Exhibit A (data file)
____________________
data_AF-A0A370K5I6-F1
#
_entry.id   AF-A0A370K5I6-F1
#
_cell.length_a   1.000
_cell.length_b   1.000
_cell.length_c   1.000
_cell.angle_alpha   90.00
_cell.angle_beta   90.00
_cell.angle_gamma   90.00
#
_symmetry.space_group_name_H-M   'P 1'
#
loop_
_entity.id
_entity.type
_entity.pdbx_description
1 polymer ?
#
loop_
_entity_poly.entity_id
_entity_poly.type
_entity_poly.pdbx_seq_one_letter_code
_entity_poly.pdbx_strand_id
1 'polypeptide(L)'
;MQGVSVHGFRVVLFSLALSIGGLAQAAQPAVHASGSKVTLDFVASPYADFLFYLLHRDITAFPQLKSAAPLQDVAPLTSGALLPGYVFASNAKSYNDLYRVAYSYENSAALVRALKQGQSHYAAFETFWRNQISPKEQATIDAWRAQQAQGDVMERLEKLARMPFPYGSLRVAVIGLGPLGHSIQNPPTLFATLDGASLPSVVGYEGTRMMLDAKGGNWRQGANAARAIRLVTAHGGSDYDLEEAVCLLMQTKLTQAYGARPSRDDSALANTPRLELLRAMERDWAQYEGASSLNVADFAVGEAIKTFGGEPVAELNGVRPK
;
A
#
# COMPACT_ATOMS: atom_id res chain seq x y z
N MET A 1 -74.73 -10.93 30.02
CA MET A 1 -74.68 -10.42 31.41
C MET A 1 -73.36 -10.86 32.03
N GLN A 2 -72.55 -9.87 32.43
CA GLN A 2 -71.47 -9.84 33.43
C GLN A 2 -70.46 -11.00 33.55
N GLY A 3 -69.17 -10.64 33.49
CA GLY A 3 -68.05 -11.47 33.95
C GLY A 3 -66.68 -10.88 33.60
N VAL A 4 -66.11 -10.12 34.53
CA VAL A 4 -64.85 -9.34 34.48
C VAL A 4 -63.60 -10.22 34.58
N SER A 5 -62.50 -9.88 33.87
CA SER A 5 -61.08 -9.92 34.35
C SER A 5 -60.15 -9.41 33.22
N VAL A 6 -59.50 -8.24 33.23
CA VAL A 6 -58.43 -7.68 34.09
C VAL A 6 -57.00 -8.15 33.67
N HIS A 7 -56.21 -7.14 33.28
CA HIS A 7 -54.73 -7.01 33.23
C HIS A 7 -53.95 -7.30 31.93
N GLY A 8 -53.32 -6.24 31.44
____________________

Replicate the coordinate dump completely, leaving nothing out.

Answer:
data_AF-A0A370K5I6-F1
#
_entry.id   AF-A0A370K5I6-F1
#
_cell.length_a   1.000
_cell.length_b   1.000
_cell.length_c   1.000
_cell.angle_alpha   90.00
_cell.angle_beta   90.00
_cell.angle_gamma   90.00
#
_symmetry.space_group_name_H-M   'P 1'
#
loop_
_entity.id
_entity.type
_entity.pdbx_description
1 polymer ?
#
loop_
_entity_poly.entity_id
_entity_poly.type
_entity_poly.pdbx_seq_one_letter_code
_entity_poly.pdbx_strand_id
1 'polypeptide(L)'
;MQGVSVHGFRVVLFSLALSIGGLAQAAQPAVHASGSKVTLDFVASPYADFLFYLLHRDITAFPQLKSAAPLQDVAPLTSGALLPGYVFASNAKSYNDLYRVAYSYENSAALVRALKQGQSHYAAFETFWRNQISPKEQATIDAWRAQQAQGDVMERLEKLARMPFPYGSLRVAVIGLGPLGHSIQNPPTLFATLDGASLPSVVGYEGTRMMLDAKGGNWRQGANAARAIRLVTAHGGSDYDLEEAVCLLMQTKLTQAYGARPSRDDSALANTPRLELLRAMERDWAQYEGASSLNVADFAVGEAIKTFGGEPVAELNGVRPK
;
A
#
# COMPACT_ATOMS: atom_id res chain seq x y z
N MET A 1 -74.73 -10.93 30.02
CA MET A 1 -74.68 -10.42 31.41
C MET A 1 -73.36 -10.86 32.03
N GLN A 2 -72.55 -9.87 32.43
CA GLN A 2 -71.47 -9.84 33.43
C GLN A 2 -70.46 -11.00 33.55
N GLY A 3 -69.17 -10.64 33.49
CA GLY A 3 -68.05 -11.47 33.95
C GLY A 3 -66.68 -10.88 33.60
N VAL A 4 -66.11 -10.12 34.53
CA VAL A 4 -64.85 -9.34 34.48
C VAL A 4 -63.60 -10.22 34.58
N SER A 5 -62.50 -9.88 33.87
CA SER A 5 -61.08 -9.92 34.35
C SER A 5 -60.15 -9.41 33.22
N VAL A 6 -59.50 -8.24 33.23
CA VAL A 6 -58.43 -7.68 34.09
C VAL A 6 -57.00 -8.15 33.67
N HIS A 7 -56.21 -7.14 33.28
CA HIS A 7 -54.73 -7.01 33.23
C HIS A 7 -53.95 -7.30 31.93
N GLY A 8 -53.32 -6.24 31.44